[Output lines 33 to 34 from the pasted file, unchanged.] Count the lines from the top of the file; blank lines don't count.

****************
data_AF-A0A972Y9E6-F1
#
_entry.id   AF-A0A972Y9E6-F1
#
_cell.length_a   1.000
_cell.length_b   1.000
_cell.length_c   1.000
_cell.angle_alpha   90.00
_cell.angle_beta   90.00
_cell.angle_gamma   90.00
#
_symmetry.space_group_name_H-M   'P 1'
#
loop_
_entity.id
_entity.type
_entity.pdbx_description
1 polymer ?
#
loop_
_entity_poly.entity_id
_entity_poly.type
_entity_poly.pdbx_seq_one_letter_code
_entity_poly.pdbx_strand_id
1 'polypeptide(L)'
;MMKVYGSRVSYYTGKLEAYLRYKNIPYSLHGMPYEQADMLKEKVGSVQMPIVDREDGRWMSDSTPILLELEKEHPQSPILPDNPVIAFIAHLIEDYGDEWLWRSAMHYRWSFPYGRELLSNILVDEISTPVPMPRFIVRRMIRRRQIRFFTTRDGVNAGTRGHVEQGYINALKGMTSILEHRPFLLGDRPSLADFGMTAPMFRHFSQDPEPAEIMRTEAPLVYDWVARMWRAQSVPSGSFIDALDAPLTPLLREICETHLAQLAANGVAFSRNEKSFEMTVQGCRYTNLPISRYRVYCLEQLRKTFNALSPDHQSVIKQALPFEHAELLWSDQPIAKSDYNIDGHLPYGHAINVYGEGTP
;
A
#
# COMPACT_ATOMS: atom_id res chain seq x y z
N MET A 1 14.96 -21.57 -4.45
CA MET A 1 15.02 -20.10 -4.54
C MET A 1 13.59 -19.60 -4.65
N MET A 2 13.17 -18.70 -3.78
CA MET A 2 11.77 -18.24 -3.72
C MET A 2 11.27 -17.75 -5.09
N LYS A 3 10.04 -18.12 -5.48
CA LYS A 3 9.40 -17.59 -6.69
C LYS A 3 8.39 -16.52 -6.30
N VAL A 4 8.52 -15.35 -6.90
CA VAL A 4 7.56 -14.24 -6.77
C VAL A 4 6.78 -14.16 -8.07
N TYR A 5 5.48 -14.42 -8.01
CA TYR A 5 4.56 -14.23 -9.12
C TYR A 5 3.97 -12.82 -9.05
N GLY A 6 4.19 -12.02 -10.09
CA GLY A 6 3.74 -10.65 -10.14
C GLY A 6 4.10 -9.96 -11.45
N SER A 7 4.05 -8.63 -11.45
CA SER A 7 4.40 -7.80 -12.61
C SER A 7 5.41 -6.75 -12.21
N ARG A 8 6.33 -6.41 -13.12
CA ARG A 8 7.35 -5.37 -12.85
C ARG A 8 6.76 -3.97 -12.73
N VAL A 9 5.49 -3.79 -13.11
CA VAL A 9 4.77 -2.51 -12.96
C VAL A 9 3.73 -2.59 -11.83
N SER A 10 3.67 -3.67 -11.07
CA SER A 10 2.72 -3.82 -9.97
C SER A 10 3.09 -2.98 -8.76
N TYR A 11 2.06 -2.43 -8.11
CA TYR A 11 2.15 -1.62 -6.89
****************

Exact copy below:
C MET A 1 13.59 -19.60 -4.65
N MET A 2 13.17 -18.70 -3.78